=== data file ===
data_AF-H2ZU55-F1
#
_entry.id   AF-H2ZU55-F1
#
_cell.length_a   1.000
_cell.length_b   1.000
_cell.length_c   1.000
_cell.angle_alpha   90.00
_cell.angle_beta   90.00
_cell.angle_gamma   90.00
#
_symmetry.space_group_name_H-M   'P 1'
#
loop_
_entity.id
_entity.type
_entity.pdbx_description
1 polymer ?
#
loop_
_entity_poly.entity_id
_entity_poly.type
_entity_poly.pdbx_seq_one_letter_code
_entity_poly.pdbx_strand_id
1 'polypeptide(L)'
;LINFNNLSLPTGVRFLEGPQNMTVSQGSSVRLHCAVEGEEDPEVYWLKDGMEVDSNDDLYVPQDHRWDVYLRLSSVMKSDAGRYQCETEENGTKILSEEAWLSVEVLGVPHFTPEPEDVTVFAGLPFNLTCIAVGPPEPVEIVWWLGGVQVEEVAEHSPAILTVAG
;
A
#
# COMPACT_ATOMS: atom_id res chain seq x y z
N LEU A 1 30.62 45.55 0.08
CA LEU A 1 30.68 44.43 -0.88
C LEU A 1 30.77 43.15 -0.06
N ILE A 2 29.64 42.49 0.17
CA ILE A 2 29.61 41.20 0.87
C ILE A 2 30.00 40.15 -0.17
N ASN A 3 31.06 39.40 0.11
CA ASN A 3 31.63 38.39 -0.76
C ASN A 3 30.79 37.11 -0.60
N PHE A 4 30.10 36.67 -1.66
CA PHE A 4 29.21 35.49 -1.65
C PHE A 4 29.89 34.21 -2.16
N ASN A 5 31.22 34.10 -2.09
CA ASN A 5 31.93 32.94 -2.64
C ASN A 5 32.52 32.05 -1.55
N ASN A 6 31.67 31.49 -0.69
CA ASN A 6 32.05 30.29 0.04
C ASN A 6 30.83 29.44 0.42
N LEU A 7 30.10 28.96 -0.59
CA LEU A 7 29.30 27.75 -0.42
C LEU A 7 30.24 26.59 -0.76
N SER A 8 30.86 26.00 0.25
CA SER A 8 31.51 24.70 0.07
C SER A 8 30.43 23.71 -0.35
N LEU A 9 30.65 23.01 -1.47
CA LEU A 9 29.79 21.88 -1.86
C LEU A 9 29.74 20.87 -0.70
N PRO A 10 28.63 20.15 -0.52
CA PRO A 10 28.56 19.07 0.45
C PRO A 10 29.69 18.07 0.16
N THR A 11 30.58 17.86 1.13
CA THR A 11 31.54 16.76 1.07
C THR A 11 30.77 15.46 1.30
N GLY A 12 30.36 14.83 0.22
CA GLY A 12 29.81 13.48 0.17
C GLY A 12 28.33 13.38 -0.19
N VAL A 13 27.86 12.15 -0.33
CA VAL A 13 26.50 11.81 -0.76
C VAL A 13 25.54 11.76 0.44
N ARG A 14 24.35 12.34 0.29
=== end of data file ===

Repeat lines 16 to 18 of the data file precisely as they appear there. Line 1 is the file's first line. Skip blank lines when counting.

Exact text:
_entity.type
_entity.pdbx_description
1 polymer ?